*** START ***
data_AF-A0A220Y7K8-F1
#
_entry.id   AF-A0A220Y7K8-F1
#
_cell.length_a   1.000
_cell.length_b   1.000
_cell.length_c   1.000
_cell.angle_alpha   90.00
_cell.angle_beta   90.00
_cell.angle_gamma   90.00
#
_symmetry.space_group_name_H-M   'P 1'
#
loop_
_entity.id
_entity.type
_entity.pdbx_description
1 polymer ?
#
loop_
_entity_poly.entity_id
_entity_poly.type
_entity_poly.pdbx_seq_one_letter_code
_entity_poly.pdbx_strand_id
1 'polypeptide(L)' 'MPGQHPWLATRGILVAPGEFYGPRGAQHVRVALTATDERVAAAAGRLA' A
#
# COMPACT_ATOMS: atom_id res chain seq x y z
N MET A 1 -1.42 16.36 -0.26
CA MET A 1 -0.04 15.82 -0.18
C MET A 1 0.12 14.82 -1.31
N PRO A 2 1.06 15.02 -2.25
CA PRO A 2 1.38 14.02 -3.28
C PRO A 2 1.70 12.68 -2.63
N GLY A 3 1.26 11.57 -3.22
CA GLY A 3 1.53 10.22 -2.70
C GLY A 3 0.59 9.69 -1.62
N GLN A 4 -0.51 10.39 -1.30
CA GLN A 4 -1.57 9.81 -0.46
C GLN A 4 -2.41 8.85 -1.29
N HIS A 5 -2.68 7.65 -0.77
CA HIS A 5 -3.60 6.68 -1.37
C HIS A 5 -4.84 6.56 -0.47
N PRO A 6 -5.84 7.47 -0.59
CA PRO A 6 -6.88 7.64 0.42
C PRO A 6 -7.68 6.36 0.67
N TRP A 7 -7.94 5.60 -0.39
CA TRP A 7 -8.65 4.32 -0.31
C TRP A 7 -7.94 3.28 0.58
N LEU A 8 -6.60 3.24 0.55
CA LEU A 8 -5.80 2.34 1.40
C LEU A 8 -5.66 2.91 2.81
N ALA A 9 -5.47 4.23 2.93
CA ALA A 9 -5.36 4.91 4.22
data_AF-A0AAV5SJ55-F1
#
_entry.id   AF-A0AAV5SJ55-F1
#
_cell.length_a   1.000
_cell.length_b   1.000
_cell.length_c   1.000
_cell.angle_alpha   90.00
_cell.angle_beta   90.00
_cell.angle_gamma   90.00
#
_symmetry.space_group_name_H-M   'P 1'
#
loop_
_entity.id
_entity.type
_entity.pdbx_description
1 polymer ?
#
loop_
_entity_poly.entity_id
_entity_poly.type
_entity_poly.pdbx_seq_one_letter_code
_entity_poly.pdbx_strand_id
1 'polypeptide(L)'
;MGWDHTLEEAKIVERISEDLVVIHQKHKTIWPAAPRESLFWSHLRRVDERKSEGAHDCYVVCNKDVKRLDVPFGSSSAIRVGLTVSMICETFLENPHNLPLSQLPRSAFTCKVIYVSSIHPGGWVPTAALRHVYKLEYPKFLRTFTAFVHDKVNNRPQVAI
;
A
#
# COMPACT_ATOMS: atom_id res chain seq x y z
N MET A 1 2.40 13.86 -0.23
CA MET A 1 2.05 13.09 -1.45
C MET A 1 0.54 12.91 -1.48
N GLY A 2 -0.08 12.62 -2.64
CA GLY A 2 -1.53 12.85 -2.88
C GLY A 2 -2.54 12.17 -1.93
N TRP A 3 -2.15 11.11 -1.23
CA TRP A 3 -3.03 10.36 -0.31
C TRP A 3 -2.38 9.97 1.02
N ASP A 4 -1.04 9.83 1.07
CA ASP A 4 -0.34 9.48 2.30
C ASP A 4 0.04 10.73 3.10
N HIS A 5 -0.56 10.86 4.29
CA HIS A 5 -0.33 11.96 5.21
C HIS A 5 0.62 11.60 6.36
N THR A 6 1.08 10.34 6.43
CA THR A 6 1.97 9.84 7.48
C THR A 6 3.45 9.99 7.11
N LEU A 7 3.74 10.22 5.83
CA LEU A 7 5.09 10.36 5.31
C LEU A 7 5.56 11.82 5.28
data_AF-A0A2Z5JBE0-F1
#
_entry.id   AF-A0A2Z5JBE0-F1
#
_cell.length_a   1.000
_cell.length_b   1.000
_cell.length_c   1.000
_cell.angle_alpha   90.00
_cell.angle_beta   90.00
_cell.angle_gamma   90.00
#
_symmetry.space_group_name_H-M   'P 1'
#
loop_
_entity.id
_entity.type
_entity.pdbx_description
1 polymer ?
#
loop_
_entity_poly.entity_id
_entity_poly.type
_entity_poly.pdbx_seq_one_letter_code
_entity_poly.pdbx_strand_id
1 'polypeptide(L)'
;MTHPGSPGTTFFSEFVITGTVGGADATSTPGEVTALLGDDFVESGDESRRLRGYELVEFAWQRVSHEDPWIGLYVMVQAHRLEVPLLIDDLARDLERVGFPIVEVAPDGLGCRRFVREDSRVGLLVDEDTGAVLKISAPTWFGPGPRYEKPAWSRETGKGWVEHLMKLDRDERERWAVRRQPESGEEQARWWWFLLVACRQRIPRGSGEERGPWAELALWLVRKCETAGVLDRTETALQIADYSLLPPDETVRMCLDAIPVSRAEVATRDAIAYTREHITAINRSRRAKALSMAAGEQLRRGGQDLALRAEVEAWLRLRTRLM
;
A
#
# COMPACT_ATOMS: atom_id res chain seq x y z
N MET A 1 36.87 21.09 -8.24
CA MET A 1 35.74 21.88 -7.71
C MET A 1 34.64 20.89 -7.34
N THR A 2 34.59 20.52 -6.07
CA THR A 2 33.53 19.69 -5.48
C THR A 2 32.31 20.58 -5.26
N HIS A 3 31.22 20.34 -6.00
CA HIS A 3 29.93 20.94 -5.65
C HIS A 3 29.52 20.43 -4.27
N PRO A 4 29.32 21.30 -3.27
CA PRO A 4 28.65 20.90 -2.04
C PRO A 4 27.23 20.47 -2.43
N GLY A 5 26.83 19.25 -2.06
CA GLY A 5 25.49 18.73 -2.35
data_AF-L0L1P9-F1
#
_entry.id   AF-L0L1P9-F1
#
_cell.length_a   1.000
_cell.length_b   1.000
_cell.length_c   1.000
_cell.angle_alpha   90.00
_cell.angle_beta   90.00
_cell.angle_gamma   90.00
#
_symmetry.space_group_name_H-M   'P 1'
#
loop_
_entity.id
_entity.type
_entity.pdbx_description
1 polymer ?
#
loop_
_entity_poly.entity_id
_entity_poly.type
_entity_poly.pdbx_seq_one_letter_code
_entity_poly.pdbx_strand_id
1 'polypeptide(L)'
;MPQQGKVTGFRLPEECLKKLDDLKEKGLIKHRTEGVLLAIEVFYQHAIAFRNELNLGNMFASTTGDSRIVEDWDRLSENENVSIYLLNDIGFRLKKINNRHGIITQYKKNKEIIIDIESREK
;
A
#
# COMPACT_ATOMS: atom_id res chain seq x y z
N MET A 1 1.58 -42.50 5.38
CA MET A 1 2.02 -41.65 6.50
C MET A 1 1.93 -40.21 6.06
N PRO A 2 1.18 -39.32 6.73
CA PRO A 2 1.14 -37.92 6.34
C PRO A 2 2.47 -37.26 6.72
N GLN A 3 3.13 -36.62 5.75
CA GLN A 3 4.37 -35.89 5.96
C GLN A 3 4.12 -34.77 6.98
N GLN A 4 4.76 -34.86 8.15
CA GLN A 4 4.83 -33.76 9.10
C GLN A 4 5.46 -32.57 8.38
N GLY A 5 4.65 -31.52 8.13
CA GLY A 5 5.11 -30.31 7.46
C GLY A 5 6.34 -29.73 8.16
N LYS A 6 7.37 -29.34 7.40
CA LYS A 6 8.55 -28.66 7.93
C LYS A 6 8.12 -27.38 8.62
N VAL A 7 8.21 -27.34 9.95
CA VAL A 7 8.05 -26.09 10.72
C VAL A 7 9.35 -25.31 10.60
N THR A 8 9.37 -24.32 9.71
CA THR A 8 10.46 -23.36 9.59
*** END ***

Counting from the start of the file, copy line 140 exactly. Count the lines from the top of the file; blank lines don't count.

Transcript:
C THR A 2 32.31 20.58 -5.26